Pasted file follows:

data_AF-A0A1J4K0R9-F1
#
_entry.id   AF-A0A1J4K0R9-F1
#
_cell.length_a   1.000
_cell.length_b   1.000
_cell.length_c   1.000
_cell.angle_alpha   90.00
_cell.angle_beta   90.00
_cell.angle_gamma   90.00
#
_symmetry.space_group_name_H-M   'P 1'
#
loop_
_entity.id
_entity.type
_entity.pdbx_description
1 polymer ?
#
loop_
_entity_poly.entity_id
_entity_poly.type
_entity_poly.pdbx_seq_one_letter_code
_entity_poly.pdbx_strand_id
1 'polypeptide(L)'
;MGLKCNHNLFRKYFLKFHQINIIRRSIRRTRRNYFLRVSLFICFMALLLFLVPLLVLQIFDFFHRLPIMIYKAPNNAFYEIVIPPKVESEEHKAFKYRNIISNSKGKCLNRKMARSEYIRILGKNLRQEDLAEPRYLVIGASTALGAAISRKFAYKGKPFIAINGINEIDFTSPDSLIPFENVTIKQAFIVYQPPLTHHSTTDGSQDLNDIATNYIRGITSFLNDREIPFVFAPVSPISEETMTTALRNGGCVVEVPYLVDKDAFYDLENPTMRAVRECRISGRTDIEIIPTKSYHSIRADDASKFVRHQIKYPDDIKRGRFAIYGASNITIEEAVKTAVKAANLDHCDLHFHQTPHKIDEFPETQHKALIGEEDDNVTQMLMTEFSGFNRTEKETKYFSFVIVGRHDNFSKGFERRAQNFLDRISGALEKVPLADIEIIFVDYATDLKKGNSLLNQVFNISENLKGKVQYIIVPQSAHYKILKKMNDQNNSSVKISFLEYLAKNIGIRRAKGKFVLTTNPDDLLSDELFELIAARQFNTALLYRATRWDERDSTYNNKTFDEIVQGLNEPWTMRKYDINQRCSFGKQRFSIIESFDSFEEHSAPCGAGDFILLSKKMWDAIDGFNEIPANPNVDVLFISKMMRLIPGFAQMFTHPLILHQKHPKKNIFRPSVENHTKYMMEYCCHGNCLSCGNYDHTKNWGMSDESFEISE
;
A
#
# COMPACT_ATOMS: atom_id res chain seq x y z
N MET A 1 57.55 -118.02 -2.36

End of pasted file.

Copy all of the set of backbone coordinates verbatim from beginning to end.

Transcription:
data_AF-A0A1J4K0R9-F1
#
_entry.id   AF-A0A1J4K0R9-F1
#
_cell.length_a   1.000
_cell.length_b   1.000
_cell.length_c   1.000
_cell.angle_alpha   90.00
_cell.angle_beta   90.00
_cell.angle_gamma   90.00
#
_symmetry.space_group_name_H-M   'P 1'
#
loop_
_entity.id
_entity.type
_entity.pdbx_description
1 polymer ?
#
loop_
_entity_poly.entity_id
_entity_poly.type
_entity_poly.pdbx_seq_one_letter_code
_entity_poly.pdbx_strand_id
1 'polypeptide(L)'
;MGLKCNHNLFRKYFLKFHQINIIRRSIRRTRRNYFLRVSLFICFMALLLFLVPLLVLQIFDFFHRLPIMIYKAPNNAFYEIVIPPKVESEEHKAFKYRNIISNSKGKCLNRKMARSEYIRILGKNLRQEDLAEPRYLVIGASTALGAAISRKFAYKGKPFIAINGINEIDFTSPDSLIPFENVTIKQAFIVYQPPLTHHSTTDGSQDLNDIATNYIRGITSFLNDREIPFVFAPVSPISEETMTTALRNGGCVVEVPYLVDKDAFYDLENPTMRAVRECRISGRTDIEIIPTKSYHSIRADDASKFVRHQIKYPDDIKRGRFAIYGASNITIEEAVKTAVKAANLDHCDLHFHQTPHKIDEFPETQHKALIGEEDDNVTQMLMTEFSGFNRTEKETKYFSFVIVGRHDNFSKGFERRAQNFLDRISGALEKVPLADIEIIFVDYATDLKKGNSLLNQVFNISENLKGKVQYIIVPQSAHYKILKKMNDQNNSSVKISFLEYLAKNIGIRRAKGKFVLTTNPDDLLSDELFELIAARQFNTALLYRATRWDERDSTYNNKTFDEIVQGLNEPWTMRKYDINQRCSFGKQRFSIIESFDSFEEHSAPCGAGDFILLSKKMWDAIDGFNEIPANPNVDVLFISKMMRLIPGFAQMFTHPLILHQKHPKKNIFRPSVENHTKYMMEYCCHGNCLSCGNYDHTKNWGMSDESFEISE
;
A
#
# COMPACT_ATOMS: atom_id res chain seq x y z
N MET A 1 57.55 -118.02 -2.36